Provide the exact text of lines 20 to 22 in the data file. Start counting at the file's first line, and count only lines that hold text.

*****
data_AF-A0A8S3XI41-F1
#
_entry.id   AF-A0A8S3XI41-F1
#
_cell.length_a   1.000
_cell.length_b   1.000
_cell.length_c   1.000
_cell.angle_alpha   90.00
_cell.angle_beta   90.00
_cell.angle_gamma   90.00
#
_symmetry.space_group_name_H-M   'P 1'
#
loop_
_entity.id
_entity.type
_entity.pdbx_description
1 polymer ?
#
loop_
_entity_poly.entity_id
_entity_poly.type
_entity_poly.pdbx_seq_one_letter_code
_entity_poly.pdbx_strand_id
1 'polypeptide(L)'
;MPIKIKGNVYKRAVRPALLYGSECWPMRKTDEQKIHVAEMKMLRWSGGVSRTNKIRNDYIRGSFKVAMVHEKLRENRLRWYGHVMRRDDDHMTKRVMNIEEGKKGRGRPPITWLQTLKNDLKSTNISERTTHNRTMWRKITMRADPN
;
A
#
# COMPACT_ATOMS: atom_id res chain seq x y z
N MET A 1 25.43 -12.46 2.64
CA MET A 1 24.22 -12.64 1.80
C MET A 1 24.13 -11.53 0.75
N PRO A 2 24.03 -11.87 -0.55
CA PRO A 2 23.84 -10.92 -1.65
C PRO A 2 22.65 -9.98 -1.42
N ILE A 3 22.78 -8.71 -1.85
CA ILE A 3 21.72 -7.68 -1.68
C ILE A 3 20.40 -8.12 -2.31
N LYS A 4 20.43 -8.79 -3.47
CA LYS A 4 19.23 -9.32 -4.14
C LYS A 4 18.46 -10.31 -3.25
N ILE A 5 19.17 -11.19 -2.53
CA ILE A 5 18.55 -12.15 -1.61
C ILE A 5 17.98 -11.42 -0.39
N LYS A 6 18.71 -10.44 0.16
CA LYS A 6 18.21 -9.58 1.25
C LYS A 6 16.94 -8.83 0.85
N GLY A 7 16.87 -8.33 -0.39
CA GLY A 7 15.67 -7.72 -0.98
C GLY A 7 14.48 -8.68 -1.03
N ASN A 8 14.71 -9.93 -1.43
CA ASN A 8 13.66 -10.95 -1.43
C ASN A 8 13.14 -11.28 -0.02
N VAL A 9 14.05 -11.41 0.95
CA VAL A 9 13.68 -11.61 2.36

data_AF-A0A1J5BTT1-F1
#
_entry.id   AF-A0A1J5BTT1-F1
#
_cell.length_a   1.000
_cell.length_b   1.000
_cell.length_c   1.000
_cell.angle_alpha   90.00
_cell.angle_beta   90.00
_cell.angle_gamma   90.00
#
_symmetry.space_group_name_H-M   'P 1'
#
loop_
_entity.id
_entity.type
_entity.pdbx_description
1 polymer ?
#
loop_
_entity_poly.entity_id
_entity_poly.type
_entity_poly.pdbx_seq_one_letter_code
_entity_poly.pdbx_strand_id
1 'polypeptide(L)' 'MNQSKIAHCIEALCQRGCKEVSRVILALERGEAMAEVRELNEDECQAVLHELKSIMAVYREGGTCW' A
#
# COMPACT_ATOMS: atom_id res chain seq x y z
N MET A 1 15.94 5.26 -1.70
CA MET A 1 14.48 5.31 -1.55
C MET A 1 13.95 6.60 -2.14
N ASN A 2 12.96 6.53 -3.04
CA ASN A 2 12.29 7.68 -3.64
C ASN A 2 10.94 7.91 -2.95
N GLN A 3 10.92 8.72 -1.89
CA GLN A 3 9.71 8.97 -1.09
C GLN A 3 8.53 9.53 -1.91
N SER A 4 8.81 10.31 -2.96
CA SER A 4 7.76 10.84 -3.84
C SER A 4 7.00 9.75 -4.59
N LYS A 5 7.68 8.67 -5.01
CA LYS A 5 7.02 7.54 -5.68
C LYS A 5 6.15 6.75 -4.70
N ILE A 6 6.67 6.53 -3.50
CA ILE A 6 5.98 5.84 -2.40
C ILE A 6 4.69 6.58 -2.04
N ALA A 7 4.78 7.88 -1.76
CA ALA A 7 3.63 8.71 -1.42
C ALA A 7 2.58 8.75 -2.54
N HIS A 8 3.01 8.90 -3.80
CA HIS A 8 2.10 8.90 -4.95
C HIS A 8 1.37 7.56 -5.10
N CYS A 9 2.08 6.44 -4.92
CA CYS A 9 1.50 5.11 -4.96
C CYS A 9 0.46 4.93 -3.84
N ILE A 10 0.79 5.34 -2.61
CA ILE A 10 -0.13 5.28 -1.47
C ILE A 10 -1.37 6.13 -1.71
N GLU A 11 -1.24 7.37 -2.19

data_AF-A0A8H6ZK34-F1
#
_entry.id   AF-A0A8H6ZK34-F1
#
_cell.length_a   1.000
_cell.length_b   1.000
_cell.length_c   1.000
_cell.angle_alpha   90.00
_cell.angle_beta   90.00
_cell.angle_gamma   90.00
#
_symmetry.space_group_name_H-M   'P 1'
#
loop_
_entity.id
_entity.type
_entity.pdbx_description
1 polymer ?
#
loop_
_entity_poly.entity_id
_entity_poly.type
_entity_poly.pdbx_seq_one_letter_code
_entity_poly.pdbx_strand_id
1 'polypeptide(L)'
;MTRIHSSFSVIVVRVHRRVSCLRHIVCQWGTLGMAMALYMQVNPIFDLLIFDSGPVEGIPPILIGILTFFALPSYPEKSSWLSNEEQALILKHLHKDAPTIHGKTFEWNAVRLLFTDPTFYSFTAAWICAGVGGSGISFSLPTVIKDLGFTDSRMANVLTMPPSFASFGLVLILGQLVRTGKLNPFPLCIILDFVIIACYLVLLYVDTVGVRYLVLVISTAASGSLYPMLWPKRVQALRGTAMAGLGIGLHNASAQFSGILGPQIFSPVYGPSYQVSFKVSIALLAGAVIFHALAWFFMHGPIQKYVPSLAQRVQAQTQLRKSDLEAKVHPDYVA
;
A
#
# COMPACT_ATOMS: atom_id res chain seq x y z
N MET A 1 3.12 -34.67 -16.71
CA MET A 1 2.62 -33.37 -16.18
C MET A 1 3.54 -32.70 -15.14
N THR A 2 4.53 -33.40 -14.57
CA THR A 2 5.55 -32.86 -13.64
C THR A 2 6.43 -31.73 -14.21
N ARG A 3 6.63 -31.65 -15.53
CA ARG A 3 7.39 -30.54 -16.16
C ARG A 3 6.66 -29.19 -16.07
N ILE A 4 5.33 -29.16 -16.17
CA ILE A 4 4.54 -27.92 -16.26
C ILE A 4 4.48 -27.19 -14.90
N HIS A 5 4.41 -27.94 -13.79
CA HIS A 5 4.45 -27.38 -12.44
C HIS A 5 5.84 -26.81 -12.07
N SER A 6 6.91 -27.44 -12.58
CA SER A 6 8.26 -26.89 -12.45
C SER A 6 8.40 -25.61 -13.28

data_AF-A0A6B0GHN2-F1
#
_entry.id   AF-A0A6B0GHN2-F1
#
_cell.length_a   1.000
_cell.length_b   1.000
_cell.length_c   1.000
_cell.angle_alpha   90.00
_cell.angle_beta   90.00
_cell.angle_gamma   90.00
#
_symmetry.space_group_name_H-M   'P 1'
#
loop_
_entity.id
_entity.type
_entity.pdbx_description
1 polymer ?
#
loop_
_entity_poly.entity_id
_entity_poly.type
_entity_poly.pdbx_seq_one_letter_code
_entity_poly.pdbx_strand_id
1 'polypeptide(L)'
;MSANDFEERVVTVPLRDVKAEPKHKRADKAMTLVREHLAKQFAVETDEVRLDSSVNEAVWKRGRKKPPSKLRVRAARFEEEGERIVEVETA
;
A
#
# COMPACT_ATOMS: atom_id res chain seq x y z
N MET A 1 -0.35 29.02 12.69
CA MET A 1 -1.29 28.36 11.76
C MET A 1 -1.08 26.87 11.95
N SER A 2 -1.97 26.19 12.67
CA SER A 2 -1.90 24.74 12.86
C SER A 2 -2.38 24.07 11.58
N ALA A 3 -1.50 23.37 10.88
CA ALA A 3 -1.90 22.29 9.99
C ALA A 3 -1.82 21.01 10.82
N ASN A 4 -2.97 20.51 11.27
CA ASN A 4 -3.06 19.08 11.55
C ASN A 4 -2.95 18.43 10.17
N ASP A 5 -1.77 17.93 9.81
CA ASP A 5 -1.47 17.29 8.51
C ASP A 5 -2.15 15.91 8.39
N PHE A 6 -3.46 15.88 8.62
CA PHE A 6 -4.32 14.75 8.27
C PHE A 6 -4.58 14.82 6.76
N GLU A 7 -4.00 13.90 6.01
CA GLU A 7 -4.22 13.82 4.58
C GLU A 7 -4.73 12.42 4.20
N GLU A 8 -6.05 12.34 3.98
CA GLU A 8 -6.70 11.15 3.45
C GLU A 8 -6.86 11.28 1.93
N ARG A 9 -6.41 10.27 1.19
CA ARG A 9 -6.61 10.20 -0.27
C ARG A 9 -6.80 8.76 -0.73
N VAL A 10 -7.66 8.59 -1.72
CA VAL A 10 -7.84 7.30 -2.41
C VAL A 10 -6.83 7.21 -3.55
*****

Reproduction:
loop_
_entity_poly.entity_id
_entity_poly.type